Lest We Forget, TV Reminds Us Of World's Misery

Those wishing to escape from the sadness that grips so many people these days are advised to steer clear of the season premiere of the NBC hospital show “New Amsterdam” on Tuesday night.

The episode, which the TV Blog previewed the other day, wears its heartbreak on its sleeve from the very first opening sequence.

This consists of a montage of clips that have been spliced together to tell the story of the heroism and exhaustion of the show’s healthcare workers -- doctors, nurses and other staffers at fictional New Amsterdam Hospital in New York City who have been working overtime to battle the COVID-19 pandemic.

A song is played over this montage that represents a gloomy trend in the recording industry that the TV Blog mentions from time to time.



It is the re-recording of an old song whose original version was happy and optimistic, but in the redoing, the same song is delivered in a dull monotone that makes it sad and dirge-like.

In this case, the song is a remake of “What a Wonderful World,” which was first sung by Louis Armstrong in a version that has attained worldwide fame ever since its release in 1967. 

Armstrong sings the song in a voice filled with joy. The version heard at the beginning of “New Amsterdam” on Tuesday night is the complete opposite.

Speaking strictly for myself, I am still trying to hold on to a feeling of optimism about our world, despite what I see in our news and entertainment media.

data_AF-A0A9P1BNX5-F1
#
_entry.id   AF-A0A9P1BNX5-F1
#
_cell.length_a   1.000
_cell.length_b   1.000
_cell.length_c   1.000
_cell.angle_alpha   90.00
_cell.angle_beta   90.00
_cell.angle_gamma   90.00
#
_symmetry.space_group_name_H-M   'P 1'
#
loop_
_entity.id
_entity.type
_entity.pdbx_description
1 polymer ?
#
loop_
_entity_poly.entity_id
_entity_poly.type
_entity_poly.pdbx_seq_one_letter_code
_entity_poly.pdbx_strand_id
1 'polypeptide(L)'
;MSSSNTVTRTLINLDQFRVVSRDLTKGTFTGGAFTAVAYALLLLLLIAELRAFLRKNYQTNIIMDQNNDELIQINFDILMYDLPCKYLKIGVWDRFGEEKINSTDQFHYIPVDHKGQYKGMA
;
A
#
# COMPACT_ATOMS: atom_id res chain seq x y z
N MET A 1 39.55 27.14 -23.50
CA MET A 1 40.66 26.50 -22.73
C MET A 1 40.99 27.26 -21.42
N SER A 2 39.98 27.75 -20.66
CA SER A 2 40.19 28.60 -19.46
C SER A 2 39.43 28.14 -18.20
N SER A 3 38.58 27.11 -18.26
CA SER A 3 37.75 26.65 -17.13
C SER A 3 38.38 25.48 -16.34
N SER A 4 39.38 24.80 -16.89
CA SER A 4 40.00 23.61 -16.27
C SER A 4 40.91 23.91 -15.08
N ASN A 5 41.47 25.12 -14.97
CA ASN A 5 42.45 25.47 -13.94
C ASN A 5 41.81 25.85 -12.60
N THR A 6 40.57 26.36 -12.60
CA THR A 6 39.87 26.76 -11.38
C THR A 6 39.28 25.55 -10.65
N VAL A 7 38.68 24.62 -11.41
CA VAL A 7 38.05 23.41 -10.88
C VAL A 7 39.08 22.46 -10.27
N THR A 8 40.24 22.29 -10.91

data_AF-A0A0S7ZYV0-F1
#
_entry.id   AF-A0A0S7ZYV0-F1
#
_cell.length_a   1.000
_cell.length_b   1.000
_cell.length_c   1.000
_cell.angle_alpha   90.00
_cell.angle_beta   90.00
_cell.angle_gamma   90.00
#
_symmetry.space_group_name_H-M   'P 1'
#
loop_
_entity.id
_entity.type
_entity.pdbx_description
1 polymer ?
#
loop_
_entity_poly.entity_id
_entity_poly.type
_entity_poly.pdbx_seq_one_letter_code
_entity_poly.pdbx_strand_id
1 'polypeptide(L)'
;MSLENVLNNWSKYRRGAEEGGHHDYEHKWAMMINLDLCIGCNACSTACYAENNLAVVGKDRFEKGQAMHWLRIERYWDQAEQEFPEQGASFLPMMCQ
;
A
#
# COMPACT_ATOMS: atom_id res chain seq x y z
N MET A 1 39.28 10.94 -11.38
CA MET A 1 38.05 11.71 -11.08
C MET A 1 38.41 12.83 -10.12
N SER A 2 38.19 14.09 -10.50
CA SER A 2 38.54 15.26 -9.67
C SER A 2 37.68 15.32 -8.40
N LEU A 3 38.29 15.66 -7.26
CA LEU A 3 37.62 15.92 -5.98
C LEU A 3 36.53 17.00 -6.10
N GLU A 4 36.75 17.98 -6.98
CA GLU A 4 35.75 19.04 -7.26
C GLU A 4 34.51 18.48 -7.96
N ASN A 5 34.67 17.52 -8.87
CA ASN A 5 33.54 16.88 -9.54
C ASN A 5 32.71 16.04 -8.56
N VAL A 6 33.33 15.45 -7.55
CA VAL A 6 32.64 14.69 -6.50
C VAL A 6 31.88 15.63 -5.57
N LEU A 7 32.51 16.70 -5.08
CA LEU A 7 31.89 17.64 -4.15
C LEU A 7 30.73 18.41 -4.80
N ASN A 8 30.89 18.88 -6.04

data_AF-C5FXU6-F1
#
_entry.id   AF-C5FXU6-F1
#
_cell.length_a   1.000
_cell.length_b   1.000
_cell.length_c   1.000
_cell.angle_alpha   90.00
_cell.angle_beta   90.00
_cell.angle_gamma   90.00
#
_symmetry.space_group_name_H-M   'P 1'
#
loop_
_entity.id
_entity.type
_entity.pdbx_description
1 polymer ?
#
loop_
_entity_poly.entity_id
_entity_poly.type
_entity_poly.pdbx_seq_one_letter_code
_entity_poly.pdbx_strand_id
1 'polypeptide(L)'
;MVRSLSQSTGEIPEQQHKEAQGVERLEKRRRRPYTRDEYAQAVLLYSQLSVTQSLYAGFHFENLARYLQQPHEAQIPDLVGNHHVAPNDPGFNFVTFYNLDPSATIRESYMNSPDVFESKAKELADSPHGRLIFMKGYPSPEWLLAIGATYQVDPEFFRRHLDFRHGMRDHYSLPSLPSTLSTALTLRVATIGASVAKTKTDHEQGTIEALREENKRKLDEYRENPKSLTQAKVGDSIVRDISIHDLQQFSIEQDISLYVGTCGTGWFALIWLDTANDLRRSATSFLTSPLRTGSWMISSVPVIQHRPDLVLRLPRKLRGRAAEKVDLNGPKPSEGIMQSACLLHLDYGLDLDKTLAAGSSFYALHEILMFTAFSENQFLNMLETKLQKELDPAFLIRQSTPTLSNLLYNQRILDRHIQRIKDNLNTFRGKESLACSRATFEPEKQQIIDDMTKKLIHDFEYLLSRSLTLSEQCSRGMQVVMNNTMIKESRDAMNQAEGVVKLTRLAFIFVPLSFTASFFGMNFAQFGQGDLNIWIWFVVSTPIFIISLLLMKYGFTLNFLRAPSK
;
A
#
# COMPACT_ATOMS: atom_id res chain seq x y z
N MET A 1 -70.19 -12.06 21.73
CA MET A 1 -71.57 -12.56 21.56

And where the latter is concerned, pessimism, misery and tragedy are not entertaining for me. This week’s season premiere of “New Amsterdam” is a case in point.

Please let me emphasize, as I often do about many TV shows, that “New Amsterdam” is very technically proficient. It is very well-made. Its rendering of a big-city hospital and its workers and patients feels appropriately dramatic and TV-like.

Like other hospital dramas that have come in for commentary here in the TV Blog over the past year or so, “New Amsterdam” deals with the COVID pandemic in a way that attempts to move the show’s time frame to a post-pandemic future.

By the conclusion of the opening montage, hospital workers are seen getting vaccinated and the implication is that life in the hospital is on the verge of getting back to normal.

Among other things, hospital staff is not seen in most of the show wearing masks (the above photo from the season premiere notwithstanding). 

But vestiges of the COVID pandemic are still in evidence. For one thing, one of the hospital’s own top doctors is still on a ventilator. And hospital administrators are still dealing with acute shortages of equipment and drugs that were all used up in their battle with the coronavirus.

However, with COVID no longer the top preoccupation for the staff of New Amsterdam Hospital, they are now in position to pay full attention when an entirely different tragedy occurs -- namely, the crash of a commercial airliner into the East River that occurs right behind the hospital.

Here again, the effort that was apparently made to make this airline water landing as realistic as possible is admirable because it really does look like the real thing. 

However, the TV Blog feels obligated to question the entertainment value of such a thing. Perhaps such scenes play better out of town than they might play here in New York City.

For those of us who live near the city’s two rivers -- the East River and the Hudson -- aviation mishaps in the water are not unheard of. And some of us have even borne witness to the real thing and their immediate aftermath.

Thus, it is difficult to recommend a TV show that traffics in a dramatization of one. 

The third season of “New Amsterdam” starts Tuesday night (March 2) at 10 p.m. Eastern on NBC.

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